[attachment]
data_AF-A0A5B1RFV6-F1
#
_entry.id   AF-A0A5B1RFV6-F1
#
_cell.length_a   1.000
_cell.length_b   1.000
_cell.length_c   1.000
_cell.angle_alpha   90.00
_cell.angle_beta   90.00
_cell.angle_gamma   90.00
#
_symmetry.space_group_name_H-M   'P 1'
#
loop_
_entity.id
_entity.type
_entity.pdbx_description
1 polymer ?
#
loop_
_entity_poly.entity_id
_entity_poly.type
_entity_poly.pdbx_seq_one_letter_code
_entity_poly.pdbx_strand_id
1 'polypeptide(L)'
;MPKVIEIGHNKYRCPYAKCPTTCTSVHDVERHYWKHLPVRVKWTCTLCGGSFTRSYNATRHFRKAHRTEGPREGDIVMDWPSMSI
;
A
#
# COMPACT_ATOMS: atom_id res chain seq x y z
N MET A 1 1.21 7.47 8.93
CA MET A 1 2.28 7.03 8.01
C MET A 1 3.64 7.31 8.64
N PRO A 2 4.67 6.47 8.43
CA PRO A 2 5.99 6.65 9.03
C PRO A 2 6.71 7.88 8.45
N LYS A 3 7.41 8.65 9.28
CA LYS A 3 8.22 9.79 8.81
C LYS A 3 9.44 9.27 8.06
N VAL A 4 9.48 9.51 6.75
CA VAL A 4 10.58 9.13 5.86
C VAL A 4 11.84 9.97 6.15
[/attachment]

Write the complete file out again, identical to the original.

data_AF-A0A5B1RFV6-F1
#
_entry.id   AF-A0A5B1RFV6-F1
#
_cell.length_a   1.000
_cell.length_b   1.000
_cell.length_c   1.000
_cell.angle_alpha   90.00
_cell.angle_beta   90.00
_cell.angle_gamma   90.00
#
_symmetry.space_group_name_H-M   'P 1'
#
loop_
_entity.id
_entity.type
_entity.pdbx_description
1 polymer ?
#
loop_
_entity_poly.entity_id
_entity_poly.type
_entity_poly.pdbx_seq_one_letter_code
_entity_poly.pdbx_strand_id
1 'polypeptide(L)'
;MPKVIEIGHNKYRCPYAKCPTTCTSVHDVERHYWKHLPVRVKWTCTLCGGSFTRSYNATRHFRKAHRTEGPREGDIVMDWPSMSI
;
A
#
# COMPACT_ATOMS: atom_id res chain seq x y z
N MET A 1 1.21 7.47 8.93
CA MET A 1 2.28 7.03 8.01
C MET A 1 3.64 7.31 8.64
N PRO A 2 4.67 6.47 8.43
CA PRO A 2 5.99 6.65 9.03
C PRO A 2 6.71 7.88 8.45
N LYS A 3 7.41 8.65 9.28
CA LYS A 3 8.22 9.79 8.81
C LYS A 3 9.44 9.27 8.06
N VAL A 4 9.48 9.51 6.75
CA VAL A 4 10.58 9.13 5.86
C VAL A 4 11.84 9.97 6.15